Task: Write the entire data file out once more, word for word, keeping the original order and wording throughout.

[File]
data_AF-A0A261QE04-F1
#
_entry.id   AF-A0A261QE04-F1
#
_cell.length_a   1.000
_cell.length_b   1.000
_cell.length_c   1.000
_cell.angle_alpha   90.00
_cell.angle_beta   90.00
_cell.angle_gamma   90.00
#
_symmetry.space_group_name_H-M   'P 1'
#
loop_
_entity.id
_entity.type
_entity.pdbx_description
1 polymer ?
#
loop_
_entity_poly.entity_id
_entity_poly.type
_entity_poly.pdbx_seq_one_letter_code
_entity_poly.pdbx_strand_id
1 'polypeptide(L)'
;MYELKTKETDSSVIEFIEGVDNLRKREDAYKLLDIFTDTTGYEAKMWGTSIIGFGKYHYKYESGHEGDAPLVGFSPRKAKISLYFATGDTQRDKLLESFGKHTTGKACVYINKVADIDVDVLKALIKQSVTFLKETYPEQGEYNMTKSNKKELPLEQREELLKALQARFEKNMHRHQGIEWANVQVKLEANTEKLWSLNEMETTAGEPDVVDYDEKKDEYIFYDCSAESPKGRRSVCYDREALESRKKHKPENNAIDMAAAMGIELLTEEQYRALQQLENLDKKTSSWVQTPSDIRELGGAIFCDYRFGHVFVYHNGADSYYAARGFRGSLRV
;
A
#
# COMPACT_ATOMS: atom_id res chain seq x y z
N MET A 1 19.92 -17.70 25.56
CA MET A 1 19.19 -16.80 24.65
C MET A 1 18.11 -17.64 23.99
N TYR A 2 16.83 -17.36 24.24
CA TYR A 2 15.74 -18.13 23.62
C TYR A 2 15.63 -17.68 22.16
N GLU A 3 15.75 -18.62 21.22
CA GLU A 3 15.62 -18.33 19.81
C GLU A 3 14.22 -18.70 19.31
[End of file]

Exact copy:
data_AF-A0A261QE04-F1
#
_entry.id   AF-A0A261QE04-F1
#
_cell.length_a   1.000
_cell.length_b   1.000
_cell.length_c   1.000
_cell.angle_alpha   90.00
_cell.angle_beta   90.00
_cell.angle_gamma   90.00
#
_symmetry.space_group_name_H-M   'P 1'
#
loop_
_entity.id
_entity.type
_entity.pdbx_description
1 polymer ?
#
loop_
_entity_poly.entity_id
_entity_poly.type
_entity_poly.pdbx_seq_one_letter_code
_entity_poly.pdbx_strand_id
1 'polypeptide(L)'
;MYELKTKETDSSVIEFIEGVDNLRKREDAYKLLDIFTDTTGYEAKMWGTSIIGFGKYHYKYESGHEGDAPLVGFSPRKAKISLYFATGDTQRDKLLESFGKHTTGKACVYINKVADIDVDVLKALIKQSVTFLKETYPEQGEYNMTKSNKKELPLEQREELLKALQARFEKNMHRHQGIEWANVQVKLEANTEKLWSLNEMETTAGEPDVVDYDEKKDEYIFYDCSAESPKGRRSVCYDREALESRKKHKPENNAIDMAAAMGIELLTEEQYRALQQLENLDKKTSSWVQTPSDIRELGGAIFCDYRFGHVFVYHNGADSYYAARGFRGSLRV
;
A
#
# COMPACT_ATOMS: atom_id res chain seq x y z
N MET A 1 19.92 -17.70 25.56
CA MET A 1 19.19 -16.80 24.65
C MET A 1 18.11 -17.64 23.99
N TYR A 2 16.83 -17.36 24.24
CA TYR A 2 15.74 -18.13 23.62
C TYR A 2 15.63 -17.68 22.16
N GLU A 3 15.75 -18.62 21.22
CA GLU A 3 15.62 -18.33 19.81
C GLU A 3 14.22 -18.70 19.31